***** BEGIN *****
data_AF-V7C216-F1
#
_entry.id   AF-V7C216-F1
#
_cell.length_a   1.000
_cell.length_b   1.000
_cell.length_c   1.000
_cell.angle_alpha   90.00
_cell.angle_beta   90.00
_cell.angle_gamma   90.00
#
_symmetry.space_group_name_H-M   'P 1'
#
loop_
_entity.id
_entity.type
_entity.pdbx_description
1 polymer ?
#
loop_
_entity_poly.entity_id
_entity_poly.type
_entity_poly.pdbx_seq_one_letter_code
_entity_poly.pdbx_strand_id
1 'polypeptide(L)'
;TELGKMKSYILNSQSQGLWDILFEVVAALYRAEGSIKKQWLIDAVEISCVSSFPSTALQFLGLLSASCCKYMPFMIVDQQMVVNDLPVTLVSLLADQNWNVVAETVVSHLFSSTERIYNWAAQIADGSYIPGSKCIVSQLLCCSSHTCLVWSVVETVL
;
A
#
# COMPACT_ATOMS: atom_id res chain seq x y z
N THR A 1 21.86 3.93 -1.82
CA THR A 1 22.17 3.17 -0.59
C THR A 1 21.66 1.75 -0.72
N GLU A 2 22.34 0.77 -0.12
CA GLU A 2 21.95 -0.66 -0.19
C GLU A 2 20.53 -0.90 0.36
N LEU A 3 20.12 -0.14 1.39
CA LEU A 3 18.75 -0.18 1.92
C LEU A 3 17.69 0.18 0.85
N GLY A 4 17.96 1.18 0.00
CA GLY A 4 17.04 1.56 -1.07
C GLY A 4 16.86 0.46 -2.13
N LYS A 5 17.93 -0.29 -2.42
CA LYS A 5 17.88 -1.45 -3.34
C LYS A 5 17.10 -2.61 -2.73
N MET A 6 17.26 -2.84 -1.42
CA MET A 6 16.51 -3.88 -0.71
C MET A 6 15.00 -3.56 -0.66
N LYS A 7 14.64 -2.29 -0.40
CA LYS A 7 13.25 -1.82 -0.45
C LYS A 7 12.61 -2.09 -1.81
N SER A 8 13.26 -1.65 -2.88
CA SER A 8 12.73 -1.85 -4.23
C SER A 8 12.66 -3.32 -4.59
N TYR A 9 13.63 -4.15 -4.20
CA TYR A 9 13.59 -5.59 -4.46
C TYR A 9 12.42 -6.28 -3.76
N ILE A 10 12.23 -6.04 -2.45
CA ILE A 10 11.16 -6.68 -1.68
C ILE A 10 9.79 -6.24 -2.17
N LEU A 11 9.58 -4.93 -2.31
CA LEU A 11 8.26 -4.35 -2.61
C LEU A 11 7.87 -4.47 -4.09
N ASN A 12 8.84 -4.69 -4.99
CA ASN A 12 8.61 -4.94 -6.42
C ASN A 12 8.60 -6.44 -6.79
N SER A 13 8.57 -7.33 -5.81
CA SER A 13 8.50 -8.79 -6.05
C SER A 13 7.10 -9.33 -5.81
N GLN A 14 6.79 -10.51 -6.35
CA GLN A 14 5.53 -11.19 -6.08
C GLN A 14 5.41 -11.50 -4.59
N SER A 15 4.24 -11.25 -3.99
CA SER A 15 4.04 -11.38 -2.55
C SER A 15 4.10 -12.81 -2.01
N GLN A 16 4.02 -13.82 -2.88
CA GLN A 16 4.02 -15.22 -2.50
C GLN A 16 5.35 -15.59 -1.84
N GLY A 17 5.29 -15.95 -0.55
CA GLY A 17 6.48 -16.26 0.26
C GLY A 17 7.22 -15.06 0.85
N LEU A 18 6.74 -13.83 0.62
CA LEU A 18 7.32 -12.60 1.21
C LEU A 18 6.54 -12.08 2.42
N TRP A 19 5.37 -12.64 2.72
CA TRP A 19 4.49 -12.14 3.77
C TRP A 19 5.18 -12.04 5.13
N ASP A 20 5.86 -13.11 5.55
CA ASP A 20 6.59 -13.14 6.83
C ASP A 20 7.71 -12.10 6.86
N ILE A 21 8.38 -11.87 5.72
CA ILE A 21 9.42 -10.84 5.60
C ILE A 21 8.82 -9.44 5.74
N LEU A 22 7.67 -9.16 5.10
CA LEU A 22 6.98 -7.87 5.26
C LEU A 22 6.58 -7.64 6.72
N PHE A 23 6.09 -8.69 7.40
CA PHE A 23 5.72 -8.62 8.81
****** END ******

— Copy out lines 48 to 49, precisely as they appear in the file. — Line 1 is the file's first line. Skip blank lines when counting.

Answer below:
C MET A 6 15.00 -3.56 -0.66
N LYS A 7 14.64 -2.29 -0.40